Indigenous peoples around the globe have a new initiative to promote and protect their rights.
The 10th Session of the United Nations Permanent Forum on Indigenous Issues (UNPFII) taking place in New York from May 16-27 has launched the United Nations Indigenous Peoples’ Partnership (UNIPP). The partnership is committed to the U.N. Declaration on the Rights of Indigenous Peoples (UNDRIP) and dedicated to its full implementation through financial cooperation and technical assistance, the United Nations Office at Geneva (UNOG) announced May 20.
Secretary-General Ban Ki-Moon welcomed the partnership and urged all countries “to support this new initiative so that it can fulfill its potential to turn the Declaration’s principles into reality.” He noted that “indigenous people suffered centuries of oppression, and continue to lose their lands, their languages and their resources at an alarming rate.” Despite these obstacles” he said, “indigenous people make an enormous contribution to our world, including through their spiritual relationship with the earth. By helping indigenous peoples regain their rights, we will also protect our shared environment for the benefit of all.”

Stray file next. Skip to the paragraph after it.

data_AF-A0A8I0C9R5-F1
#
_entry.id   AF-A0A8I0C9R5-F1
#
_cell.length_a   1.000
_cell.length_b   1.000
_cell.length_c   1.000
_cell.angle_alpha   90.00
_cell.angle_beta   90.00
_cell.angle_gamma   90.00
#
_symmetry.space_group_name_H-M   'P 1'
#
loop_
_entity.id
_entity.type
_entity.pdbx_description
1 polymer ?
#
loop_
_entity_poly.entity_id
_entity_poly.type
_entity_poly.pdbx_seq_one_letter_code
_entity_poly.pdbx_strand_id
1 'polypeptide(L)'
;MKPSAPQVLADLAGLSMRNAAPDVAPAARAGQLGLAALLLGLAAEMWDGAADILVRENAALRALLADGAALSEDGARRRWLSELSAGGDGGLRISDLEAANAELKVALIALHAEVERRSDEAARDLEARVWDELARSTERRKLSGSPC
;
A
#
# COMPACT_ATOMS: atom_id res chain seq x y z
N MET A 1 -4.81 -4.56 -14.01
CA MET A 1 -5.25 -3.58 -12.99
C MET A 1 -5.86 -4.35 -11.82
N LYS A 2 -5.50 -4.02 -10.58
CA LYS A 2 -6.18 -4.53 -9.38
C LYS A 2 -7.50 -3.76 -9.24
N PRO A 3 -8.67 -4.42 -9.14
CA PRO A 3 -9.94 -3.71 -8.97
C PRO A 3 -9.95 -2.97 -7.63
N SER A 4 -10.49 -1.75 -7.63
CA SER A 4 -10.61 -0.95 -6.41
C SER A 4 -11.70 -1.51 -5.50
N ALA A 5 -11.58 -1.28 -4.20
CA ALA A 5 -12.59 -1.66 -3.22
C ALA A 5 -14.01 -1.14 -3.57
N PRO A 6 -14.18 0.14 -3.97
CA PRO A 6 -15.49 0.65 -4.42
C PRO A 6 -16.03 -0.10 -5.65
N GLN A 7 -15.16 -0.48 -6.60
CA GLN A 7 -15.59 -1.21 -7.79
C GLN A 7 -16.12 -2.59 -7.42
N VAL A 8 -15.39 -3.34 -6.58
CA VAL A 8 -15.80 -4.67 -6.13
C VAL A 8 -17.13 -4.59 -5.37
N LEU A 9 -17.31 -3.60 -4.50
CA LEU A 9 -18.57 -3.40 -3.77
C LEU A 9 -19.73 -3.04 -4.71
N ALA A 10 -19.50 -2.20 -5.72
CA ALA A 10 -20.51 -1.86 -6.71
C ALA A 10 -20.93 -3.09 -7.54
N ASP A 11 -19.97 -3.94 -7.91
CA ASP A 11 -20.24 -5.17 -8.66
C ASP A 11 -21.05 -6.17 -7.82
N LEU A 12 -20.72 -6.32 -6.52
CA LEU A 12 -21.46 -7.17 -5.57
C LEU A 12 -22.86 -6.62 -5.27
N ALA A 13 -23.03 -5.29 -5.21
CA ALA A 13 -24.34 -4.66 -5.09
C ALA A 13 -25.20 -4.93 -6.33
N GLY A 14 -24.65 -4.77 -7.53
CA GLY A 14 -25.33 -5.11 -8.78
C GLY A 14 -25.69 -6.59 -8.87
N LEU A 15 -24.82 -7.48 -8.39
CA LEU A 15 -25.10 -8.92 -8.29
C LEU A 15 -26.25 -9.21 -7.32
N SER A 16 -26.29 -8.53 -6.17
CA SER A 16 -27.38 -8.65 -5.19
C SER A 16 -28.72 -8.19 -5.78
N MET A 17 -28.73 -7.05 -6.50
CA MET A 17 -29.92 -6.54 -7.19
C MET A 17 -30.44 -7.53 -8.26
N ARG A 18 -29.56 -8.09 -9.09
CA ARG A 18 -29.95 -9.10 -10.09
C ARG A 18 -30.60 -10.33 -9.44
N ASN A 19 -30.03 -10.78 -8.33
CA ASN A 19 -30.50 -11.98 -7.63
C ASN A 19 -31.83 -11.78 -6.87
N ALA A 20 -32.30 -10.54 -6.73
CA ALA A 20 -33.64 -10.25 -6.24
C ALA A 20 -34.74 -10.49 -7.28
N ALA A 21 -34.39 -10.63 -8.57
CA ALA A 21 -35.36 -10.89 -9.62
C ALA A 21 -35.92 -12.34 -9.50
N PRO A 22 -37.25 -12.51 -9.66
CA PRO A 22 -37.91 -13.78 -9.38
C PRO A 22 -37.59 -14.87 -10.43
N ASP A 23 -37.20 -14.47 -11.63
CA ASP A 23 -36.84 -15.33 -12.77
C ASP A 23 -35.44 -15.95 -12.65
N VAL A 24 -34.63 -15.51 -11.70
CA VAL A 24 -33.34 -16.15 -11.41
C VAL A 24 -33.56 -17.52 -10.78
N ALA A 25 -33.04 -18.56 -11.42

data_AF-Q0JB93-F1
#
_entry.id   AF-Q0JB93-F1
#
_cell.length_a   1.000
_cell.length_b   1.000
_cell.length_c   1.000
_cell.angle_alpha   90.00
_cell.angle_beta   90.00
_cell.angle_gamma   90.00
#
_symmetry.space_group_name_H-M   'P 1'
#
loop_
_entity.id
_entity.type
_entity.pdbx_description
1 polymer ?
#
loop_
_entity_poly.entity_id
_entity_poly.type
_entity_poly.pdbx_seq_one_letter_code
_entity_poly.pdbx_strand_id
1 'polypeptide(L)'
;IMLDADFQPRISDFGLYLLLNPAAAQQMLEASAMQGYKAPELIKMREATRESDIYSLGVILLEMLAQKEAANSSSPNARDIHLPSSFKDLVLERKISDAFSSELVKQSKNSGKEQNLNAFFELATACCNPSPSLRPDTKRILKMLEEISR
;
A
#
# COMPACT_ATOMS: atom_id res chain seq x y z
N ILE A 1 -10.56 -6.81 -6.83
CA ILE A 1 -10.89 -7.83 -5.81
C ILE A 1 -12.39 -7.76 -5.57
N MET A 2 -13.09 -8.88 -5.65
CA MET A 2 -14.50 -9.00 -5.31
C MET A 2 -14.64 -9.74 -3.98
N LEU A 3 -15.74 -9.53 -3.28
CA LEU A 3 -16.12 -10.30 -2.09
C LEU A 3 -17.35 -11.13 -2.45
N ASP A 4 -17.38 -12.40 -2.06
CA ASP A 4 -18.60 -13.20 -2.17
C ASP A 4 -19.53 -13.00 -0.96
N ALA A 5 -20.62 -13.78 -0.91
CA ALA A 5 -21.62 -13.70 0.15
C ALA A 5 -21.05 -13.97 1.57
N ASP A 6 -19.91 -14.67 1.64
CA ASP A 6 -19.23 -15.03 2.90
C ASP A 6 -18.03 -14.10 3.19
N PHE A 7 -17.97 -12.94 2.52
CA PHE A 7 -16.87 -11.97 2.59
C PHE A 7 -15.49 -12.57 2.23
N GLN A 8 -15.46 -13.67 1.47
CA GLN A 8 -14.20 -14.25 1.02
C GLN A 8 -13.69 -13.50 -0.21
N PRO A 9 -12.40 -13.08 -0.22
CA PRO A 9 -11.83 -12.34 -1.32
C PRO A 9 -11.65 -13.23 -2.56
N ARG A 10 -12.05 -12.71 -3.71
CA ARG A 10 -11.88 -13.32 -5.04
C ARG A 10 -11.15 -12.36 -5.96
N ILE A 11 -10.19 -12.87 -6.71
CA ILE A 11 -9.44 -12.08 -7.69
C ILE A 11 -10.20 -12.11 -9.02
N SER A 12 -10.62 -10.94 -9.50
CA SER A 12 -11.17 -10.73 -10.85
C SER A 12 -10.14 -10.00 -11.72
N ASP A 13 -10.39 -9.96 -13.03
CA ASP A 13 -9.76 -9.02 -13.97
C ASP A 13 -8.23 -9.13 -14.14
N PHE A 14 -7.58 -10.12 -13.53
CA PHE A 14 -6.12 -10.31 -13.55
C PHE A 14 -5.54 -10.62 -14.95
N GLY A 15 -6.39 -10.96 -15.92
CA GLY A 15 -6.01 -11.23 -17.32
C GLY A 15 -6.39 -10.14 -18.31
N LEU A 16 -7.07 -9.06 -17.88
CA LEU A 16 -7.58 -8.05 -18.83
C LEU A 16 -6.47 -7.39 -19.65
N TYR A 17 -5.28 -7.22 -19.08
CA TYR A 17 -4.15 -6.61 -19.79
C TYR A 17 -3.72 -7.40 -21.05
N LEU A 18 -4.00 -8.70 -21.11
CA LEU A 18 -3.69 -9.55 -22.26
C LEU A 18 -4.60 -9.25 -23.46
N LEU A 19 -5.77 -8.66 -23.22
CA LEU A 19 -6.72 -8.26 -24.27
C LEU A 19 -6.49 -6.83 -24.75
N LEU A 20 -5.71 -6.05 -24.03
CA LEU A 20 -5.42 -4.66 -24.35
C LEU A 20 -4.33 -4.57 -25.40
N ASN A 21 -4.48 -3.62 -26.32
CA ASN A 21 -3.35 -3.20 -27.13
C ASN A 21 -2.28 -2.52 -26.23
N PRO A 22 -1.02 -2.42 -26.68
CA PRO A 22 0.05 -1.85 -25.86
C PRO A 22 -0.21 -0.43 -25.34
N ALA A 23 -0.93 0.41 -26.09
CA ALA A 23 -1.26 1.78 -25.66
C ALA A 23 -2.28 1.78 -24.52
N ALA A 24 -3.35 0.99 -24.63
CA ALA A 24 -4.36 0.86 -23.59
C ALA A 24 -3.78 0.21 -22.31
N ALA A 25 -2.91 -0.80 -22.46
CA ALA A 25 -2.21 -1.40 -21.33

There are more than 370 million indigenous peoples in approximately 90 countries. They account for 15 percent of the world’s poor and one-third of the 900 million people living in extreme poverty, the UNOG said. Indigenous people have low levels of education, increased health problems, higher crime rates and human rights abuses. Indigenous children are less likely than other children to attend school and more likely to drop out if they do. Indigenous girls are at even greater risk of being excluded from school. Indigenous children often face a lifetime of discrimination and exclusion, deepening their disadvantages and perpetuating the cycle of poverty, the UNOG said.